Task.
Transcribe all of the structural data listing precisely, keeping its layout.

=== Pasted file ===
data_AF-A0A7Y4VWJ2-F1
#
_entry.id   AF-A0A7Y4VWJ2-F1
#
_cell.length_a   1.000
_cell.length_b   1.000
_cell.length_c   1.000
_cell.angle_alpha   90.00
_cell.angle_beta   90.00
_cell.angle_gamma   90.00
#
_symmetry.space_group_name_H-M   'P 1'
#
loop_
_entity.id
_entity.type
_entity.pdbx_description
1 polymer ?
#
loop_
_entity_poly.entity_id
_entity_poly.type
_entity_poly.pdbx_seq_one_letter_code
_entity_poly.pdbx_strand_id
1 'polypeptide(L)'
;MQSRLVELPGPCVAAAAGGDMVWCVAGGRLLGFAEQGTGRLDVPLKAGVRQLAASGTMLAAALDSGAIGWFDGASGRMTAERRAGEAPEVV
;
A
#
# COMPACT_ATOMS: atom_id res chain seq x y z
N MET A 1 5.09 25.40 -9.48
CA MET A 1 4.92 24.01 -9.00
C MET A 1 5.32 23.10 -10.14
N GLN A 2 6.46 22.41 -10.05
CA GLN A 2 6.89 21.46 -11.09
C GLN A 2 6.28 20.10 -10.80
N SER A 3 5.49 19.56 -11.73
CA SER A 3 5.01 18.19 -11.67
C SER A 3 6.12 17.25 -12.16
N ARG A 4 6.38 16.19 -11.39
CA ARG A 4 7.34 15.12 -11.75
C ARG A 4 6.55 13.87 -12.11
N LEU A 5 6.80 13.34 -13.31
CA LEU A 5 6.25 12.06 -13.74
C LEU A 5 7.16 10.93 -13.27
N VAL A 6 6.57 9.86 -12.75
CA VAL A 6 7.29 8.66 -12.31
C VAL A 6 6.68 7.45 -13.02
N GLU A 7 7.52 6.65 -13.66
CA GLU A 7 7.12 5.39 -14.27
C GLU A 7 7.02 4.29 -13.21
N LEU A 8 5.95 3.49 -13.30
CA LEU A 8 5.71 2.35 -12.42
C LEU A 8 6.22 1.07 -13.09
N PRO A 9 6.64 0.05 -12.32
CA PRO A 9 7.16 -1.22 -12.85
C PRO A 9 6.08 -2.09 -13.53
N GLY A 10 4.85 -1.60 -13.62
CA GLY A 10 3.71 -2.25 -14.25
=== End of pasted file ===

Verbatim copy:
data_AF-A0A7Y4VWJ2-F1
#
_entry.id   AF-A0A7Y4VWJ2-F1
#
_cell.length_a   1.000
_cell.length_b   1.000
_cell.length_c   1.000
_cell.angle_alpha   90.00
_cell.angle_beta   90.00
_cell.angle_gamma   90.00
#
_symmetry.space_group_name_H-M   'P 1'
#
loop_
_entity.id
_entity.type
_entity.pdbx_description
1 polymer ?
#
loop_
_entity_poly.entity_id
_entity_poly.type
_entity_poly.pdbx_seq_one_letter_code
_entity_poly.pdbx_strand_id
1 'polypeptide(L)'
;MQSRLVELPGPCVAAAAGGDMVWCVAGGRLLGFAEQGTGRLDVPLKAGVRQLAASGTMLAAALDSGAIGWFDGASGRMTAERRAGEAPEVV
;
A
#
# COMPACT_ATOMS: atom_id res chain seq x y z
N MET A 1 5.09 25.40 -9.48
CA MET A 1 4.92 24.01 -9.00
C MET A 1 5.32 23.10 -10.14
N GLN A 2 6.46 22.41 -10.05
CA GLN A 2 6.89 21.46 -11.09
C GLN A 2 6.28 20.10 -10.80
N SER A 3 5.49 19.56 -11.73
CA SER A 3 5.01 18.19 -11.67
C SER A 3 6.12 17.25 -12.16
N ARG A 4 6.38 16.19 -11.39
CA ARG A 4 7.34 15.12 -11.75
C ARG A 4 6.55 13.87 -12.11
N LEU A 5 6.80 13.34 -13.31
CA LEU A 5 6.25 12.06 -13.74
C LEU A 5 7.16 10.93 -13.27
N VAL A 6 6.57 9.86 -12.75
CA VAL A 6 7.29 8.66 -12.31
C VAL A 6 6.68 7.45 -13.02
N GLU A 7 7.52 6.65 -13.66
CA GLU A 7 7.12 5.39 -14.27
C GLU A 7 7.02 4.29 -13.21
N LEU A 8 5.95 3.49 -13.30
CA LEU A 8 5.71 2.35 -12.42
C LEU A 8 6.22 1.07 -13.09
N PRO A 9 6.64 0.05 -12.32
CA PRO A 9 7.16 -1.22 -12.85
C PRO A 9 6.08 -2.09 -13.53
N GLY A 10 4.85 -1.60 -13.62
CA GLY A 10 3.71 -2.25 -14.25